Even if the lead doesn't work to pace the heart it might still be useful to sense the heart's atrial signal (from the SI node) and repeat it to the ventricles.  However, that's a guess because I don't know your specifics.

Stunning.....

by ar_vin - 2020-07-17 01:49:44

I'm absolutely stunned at your patience with these clowns you call EP techs and your EP!

If I had experienced even a tenth of what you're going through, I'd find myself an actual competent EP and don't let these clowns touch me again!

You seem to be in Anaheim......I'm sure there are more than a few competent EPs in the area.

And.....as a public service, please publish the EPs details here so others may avoid this practice like the plague.....(just kidding, you don't want a lawsuit.....the most incompetent physicians are represented by the best attorneys!) :)

 

Awfully Harsh

by Protimenow - 2020-07-17 04:55:08

AgentX86's comments seem to pretty clearly outline what was probably happening. It sounds very consistent with what was going on in that 4 hour ordeal. 

The bad lead could have been an issue with insulation in the wire, rather than poor placement in the heart. This would explain both the correct placement as shown on X-Ray, and the muscle contractions when the voltage was increased. 

It's an unfortunate situation, and one that will be repaired when the lead is replaced. 

I see no reason to brand the EP and staff as incompetent. I see no reason to fault the nurses and NP for taking a while to find what the problem was. Some of this is, unfortunately, a trial and error exercise. 

The harsh conclusion that the EP (and his staff, no doubt) are incompetent is a rush to judgement that, to me, seems unsupported by fact (although, perhaps, there were issues with the proper handling of a lead during implantation), and certainly not deserving of the vitriole that was directed at them.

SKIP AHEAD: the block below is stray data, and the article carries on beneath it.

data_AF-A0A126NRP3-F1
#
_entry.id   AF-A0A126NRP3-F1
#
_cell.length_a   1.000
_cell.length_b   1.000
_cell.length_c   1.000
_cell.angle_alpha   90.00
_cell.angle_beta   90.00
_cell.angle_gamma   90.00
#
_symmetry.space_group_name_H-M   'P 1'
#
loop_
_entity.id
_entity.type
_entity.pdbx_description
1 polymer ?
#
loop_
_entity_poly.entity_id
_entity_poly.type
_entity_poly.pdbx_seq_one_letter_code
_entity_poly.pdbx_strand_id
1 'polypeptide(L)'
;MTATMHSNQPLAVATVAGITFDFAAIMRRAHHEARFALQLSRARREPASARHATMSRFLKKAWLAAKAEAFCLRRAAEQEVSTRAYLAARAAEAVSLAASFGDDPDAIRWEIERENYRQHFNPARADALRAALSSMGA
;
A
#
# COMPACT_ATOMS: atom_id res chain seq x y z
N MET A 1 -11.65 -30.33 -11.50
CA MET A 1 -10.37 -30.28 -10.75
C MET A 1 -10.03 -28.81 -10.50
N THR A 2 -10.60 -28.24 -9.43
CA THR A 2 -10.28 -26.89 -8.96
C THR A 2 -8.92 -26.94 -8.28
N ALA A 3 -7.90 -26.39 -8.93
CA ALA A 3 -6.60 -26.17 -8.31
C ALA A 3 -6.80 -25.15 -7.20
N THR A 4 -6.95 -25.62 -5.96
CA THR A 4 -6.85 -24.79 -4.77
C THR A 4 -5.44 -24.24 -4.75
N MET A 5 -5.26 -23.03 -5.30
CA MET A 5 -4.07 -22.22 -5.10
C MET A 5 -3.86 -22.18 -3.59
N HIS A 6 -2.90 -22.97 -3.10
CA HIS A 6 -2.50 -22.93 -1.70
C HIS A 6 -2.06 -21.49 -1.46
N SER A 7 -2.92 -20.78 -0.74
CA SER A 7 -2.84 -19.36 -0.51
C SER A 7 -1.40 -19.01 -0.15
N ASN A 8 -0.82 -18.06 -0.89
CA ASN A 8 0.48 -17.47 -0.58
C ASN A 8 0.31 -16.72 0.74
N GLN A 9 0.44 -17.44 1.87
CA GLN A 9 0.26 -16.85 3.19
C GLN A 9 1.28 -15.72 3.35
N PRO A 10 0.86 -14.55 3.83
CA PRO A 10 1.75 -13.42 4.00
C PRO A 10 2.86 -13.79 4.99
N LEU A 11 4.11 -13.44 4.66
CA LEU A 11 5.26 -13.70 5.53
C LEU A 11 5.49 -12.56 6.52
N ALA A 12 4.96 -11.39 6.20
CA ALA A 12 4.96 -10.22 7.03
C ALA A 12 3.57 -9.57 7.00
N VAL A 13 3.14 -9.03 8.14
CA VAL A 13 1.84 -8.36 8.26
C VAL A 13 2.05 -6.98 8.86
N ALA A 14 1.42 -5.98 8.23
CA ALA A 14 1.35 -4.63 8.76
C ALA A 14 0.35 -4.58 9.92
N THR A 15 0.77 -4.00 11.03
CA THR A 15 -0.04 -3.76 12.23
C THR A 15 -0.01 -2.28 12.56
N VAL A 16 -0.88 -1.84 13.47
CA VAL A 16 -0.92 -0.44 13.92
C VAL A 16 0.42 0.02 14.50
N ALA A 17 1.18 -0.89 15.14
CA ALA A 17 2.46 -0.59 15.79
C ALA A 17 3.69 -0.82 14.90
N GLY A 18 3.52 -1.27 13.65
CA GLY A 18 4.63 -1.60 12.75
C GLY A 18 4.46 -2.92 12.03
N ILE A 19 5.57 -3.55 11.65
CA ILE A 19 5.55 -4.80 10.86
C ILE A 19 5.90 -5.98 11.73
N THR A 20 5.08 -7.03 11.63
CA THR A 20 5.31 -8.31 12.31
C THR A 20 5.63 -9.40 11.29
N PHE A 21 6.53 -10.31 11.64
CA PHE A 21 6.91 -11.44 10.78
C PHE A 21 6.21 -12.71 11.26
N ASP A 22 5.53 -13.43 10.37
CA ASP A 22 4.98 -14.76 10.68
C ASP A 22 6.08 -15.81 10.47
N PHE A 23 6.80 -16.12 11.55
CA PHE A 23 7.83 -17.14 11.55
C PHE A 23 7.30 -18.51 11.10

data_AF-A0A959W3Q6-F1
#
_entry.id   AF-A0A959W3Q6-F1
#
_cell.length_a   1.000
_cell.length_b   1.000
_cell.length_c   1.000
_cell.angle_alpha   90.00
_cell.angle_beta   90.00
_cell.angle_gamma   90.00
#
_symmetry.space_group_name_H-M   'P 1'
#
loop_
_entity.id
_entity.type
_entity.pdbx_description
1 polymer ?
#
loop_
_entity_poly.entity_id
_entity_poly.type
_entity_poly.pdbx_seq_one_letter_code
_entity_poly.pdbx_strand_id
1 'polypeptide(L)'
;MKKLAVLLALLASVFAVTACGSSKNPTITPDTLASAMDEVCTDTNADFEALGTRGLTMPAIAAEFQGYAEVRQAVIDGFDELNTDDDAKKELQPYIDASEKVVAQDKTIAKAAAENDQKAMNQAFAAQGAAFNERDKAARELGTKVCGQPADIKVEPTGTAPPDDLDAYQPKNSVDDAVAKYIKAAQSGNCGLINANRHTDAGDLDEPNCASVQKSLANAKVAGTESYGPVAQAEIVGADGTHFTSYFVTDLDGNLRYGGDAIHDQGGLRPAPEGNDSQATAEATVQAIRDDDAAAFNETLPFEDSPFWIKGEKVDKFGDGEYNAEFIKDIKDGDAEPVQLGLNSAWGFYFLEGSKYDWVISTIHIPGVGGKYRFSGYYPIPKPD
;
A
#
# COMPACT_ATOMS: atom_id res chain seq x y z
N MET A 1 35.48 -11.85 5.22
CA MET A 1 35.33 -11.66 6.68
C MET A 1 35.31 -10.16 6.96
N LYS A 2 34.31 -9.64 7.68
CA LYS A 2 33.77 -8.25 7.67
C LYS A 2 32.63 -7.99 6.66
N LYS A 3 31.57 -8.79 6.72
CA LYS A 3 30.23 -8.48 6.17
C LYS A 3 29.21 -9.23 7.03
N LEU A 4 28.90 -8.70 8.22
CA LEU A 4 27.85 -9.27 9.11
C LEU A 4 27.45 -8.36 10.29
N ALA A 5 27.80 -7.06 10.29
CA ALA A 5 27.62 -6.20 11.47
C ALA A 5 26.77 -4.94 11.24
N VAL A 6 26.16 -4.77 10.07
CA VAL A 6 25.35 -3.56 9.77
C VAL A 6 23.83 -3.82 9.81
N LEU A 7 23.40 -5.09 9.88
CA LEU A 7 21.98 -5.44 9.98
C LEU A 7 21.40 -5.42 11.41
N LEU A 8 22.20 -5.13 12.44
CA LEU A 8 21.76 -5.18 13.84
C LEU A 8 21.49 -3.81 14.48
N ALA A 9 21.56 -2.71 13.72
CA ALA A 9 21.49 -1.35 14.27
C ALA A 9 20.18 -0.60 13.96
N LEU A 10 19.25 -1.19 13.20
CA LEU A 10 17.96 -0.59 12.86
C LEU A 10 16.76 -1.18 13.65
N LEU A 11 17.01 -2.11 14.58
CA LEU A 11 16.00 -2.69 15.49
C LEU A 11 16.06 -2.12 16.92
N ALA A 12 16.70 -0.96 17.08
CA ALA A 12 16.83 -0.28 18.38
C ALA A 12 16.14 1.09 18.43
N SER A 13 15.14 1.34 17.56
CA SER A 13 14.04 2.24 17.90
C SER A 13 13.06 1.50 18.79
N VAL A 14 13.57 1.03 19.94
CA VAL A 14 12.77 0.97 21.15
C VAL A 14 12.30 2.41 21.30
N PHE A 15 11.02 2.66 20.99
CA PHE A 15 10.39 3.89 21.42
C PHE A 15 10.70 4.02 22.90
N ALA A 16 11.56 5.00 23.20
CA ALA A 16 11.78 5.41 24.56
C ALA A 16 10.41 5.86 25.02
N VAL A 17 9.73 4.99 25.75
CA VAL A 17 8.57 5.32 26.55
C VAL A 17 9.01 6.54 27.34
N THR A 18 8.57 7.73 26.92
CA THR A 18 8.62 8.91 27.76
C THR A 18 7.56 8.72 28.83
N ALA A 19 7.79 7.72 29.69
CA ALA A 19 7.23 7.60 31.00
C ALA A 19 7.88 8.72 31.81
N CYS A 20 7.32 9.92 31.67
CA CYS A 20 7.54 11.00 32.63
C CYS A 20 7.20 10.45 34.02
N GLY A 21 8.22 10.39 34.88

Let's focus on what *you* need

by crustyg - 2020-07-17 07:14:55

You *need* an atrial lead that works reliably, 100% of the time, at good sensitivity/low impedance so that your PM doesn't auto-adjust the atrial output up to a high output voltage again (with the effect that you've noticed).

If you have 'bradycardia' then you either have a failing SA-node - in which case you *need* atrial pacing, or you have some degree of AV-node failure (==heart block) in which case you *need* reliable atrial sensing so that your PM keeps your heart beating in the correct Atria==>Ventricles synchronous mode for as many years as possible.

Yes, there are other possibilities, and not everyone is lucky enough to have A=>V synch, but it's what is best for *you*.  You can survive without A=>V synch, and ventricular pacing alone can help, but it's far from optimal and is *likely* to bring its own complications in the future.

So, while it's not an emergency, you *need* that atrial lead replaced.  Fairly soon, if you can bring yourself to undergo a replacement.  Don't leave it for years - weeks are better than months, months better than years.  It's not unreasonable to imagine that you (and I) have at least another 20years to go - or more - so it's worth getting things right sooner rather than later.